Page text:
Mountain biking involves a lot of out-the-saddle descending, so it’s important you can easily get your weight over the back wheel. A wide, flat handlebar helps control the bike on rocky, muddy terrain.



Gravel vs MTB tyre width and size

Gravel bikes have narrower tyres than mountain bikes. This is because gravel bikes designed to be ridden on mixed terrain that isn’t too rocky. Mountain bikes require more grip and cushioning owing to the gnarly trails they frequent.

Gravel bikes come with 700c or 650B wheels. Tyres tend to be 40 to 50 mm wide depending on tyre clearance and personal preference. A big wheel with these tyres offers a fast ride with a relatively grippy tyre.

Mountain bikes home with 29 inch or 27.5 inch wheels (and even a mixture of the two, called a Mullet MTB). These wheels have wide rims capable of rolling wide, knobbly tyres.

Canyon Grail Canyon Grail

Gravel vs MTB front suspension travel

Suspension forks helps absorb the shock of rocky trails making them easier to ride.

When they first appeared on the scene, the idea of a suspension fork on a gravel bike was an alien concept. Fast-forward to today and a short travel fork is not unheard of.

Mountain bikes have been specced with suspension forks since the mid-90s. RockShox offered the first commercially available suspension fork and they’ve been a staple feature since.

The travel on a gravel bike fork tends to have 30 to 60 mm of travel. This helps increase comfort on more technical trails.

Mountain bikes have much longer travel by comparison. Cross-country bikes start at 100 mm of travel, while a downhill bike will have anything from 180 to 200 mm owning to steep, technical trails in race situations.

Generally, the more travel a suspension fork has, the heavier it will be. Though it’s less of an issue on mountain bikes, you might want to consider the weight penalty if you’re thinking of speccing your gravel bike with a suspension fork.



Gravel vs MTB cockpit

Gravel bikes have a drop handlebar setup to help with faster speeds and aerodynamics. A typical bar width is around 440 mm. Bikepacking adventures are often long and tiresome, so the multiple hand positions offered on a drop handlebar help alleviate pressure points.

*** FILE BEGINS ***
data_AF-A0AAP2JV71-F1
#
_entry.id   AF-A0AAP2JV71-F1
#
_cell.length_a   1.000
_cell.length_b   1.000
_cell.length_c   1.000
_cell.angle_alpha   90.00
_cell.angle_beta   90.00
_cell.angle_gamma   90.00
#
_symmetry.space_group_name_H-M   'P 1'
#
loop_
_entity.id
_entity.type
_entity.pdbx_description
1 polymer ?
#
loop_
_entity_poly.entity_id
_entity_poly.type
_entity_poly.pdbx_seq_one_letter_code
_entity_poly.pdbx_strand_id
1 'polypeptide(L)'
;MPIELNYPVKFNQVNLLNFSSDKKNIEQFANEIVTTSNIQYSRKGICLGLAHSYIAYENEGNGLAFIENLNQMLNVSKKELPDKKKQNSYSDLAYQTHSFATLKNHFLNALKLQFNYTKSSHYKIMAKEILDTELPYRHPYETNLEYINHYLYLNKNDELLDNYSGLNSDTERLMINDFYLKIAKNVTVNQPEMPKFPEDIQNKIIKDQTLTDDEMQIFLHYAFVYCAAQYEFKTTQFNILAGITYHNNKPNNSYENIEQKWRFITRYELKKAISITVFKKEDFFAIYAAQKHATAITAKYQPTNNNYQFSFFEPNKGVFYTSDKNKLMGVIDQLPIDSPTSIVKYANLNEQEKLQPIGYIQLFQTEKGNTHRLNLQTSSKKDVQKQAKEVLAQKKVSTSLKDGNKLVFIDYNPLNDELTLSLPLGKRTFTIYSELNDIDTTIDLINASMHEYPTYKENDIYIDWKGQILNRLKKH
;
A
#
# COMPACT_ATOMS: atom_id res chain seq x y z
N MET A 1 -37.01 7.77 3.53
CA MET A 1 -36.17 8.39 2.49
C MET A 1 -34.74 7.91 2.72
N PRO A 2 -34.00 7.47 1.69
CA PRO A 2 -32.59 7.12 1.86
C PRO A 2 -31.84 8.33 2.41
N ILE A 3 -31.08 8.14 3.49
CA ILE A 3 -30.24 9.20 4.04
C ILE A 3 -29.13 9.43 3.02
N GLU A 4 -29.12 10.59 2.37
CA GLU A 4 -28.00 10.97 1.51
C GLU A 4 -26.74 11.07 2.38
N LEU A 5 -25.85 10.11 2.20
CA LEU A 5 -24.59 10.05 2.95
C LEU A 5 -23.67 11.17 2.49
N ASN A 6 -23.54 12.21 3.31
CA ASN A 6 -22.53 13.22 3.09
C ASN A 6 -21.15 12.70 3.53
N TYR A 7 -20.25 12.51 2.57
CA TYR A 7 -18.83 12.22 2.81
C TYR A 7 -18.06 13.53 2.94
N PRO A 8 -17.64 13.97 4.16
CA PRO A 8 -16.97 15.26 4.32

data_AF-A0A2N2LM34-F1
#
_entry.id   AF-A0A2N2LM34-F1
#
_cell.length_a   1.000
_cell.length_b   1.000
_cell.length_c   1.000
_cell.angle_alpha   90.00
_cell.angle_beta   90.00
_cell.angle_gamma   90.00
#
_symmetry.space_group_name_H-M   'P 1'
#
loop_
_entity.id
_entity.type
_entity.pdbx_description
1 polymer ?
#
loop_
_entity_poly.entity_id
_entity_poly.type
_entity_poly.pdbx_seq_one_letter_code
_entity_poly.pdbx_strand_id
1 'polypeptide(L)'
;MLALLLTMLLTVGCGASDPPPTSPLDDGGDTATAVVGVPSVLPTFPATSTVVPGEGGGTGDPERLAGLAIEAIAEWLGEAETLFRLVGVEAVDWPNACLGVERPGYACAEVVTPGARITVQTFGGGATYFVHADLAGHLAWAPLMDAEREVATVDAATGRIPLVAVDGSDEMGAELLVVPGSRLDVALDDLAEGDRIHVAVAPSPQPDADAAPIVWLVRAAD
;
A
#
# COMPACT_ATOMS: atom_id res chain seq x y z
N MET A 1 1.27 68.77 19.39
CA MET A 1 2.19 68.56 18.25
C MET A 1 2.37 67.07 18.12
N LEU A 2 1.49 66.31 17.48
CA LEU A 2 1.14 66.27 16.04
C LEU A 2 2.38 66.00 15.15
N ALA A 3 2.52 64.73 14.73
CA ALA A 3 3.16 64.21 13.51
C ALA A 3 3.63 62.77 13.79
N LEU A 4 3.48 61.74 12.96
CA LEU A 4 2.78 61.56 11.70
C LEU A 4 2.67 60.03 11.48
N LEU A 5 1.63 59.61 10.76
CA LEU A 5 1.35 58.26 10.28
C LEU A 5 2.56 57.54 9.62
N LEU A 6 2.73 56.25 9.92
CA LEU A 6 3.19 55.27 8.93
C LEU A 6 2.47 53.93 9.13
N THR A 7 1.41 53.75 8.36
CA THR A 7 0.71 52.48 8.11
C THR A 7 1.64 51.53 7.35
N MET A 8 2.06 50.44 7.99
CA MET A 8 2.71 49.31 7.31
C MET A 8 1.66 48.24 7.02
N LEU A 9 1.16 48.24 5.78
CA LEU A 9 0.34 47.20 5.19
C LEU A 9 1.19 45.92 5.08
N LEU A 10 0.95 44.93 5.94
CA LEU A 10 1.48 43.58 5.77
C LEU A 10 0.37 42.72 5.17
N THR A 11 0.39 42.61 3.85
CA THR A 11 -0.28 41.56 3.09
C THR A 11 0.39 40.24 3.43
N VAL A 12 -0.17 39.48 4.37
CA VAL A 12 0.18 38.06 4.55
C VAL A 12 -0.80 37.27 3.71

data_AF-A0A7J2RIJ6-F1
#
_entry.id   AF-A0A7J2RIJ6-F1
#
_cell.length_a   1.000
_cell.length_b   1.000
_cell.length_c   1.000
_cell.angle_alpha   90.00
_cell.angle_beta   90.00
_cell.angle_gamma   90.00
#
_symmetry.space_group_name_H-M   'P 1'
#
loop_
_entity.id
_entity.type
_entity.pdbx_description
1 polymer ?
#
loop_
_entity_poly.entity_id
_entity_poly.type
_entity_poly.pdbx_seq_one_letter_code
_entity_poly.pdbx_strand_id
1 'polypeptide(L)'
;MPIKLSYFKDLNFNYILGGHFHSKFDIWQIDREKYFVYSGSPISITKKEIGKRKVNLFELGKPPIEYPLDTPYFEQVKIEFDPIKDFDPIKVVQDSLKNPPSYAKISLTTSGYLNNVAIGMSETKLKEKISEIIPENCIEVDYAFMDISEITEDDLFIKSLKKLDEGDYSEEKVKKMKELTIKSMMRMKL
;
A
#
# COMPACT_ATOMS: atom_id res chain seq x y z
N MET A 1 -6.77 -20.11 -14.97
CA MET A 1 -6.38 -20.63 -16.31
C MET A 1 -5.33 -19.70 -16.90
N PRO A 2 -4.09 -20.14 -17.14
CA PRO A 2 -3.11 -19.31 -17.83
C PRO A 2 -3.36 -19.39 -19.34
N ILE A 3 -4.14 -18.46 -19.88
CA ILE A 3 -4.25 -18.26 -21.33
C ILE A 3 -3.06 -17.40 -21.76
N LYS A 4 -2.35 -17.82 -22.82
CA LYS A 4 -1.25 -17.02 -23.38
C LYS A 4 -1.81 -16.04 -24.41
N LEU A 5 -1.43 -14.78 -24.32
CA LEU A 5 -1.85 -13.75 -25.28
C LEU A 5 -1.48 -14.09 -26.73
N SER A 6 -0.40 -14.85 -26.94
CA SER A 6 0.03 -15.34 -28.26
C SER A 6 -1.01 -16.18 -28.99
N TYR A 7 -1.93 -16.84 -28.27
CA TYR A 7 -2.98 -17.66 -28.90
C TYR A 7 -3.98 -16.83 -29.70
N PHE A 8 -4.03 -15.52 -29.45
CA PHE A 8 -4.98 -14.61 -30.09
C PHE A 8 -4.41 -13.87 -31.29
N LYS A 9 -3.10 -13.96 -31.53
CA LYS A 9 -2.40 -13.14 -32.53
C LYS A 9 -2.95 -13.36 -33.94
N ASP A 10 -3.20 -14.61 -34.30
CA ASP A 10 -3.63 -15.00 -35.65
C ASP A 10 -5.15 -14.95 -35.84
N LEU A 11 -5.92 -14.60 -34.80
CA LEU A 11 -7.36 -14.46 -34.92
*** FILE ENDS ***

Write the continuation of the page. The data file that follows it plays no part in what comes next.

The Gen 1 Grail featured a double-decker handlebar which improved comfort with a flexible upper deck. The innovative design divided opinion which resulted in the Gen 2 Grail going back to basics.

Mountain bikes on the other hand have wide (typically 760 mm or wider for downhill models) flat handlebars. Navigating tricky trails is much easier if your arms are wider apart. A narrow handlebar results in twitchy handling which can be dangerous on gnarlier MTB trails.

The Spectral K.I.S. (Keep It Stable) trail bike features technology that helps to keep the handlebar aligned and your steering more stabilised. The mechanism is hidden in the top tube but it’s the cockpit that benefits most.



Gravel vs MTB gearing

The Venn diagram of gravel and MTB gearing has a big overlap. The key difference is the chainring specification. Gravel bikes often feature two chainrings to help with speed on faster roads and tracks. MTBs are almost always 1-by (one chainring). A single chainring means less chance of the chain dropping when you’re negotiating a rough sector of trail. It also means less maintenance due to the absence of a front derailleur.

Cassettes on gravel bikes offer a wider range of gears compared to their road counterparts. This is necessary due to typically steeper terrain and slower speeds.

Mountain bikes have very easy gears to help climbing on steep, rocky trails. Since they generally use gravity to help with descending, a small sprocket becomes somewhat redundant. High tyre rolling resistance means harder work when the trails are smooth anyway, and that’s much less taxing with a nice easy gear.

Canyon Gravel bikes Canyon Gravel bikes

Is there a speed difference between a mountain bike and gravel bike?

Like for like, a gravel bike will travel faster than a mountain bike. This is because a gravel bike has faster rolling tyres, a lighter overall weight, and more aerodynamic riding position.

In practice, a gravel bike may climb faster than a mountain bike in certain conditions. A mountain bike may be faster on the descent due to better capabilities on a more technical trail.